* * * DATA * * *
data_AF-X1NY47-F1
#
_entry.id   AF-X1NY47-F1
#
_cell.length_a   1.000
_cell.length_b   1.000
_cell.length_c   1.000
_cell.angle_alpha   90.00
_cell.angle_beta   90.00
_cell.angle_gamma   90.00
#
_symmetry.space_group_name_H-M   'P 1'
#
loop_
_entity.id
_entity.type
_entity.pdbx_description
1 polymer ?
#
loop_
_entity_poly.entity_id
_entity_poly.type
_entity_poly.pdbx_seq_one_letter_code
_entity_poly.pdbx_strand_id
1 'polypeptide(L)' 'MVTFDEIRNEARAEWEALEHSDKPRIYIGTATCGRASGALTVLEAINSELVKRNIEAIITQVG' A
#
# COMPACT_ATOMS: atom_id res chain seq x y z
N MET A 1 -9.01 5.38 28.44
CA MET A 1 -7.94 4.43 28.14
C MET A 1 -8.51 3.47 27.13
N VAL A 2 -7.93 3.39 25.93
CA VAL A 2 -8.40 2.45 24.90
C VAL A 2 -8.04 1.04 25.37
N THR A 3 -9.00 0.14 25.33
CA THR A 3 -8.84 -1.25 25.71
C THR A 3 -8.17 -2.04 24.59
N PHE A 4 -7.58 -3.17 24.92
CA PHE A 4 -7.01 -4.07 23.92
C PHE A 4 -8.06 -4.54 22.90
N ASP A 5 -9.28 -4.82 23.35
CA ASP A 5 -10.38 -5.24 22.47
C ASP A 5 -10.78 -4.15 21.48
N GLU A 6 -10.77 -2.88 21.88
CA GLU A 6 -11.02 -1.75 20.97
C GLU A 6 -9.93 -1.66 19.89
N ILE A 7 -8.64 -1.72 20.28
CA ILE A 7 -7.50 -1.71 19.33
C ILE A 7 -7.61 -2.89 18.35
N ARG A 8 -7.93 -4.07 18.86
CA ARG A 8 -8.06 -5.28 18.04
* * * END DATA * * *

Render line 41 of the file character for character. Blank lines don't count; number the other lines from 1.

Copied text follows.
CA ASP A 5 -10.38 -5.24 22.47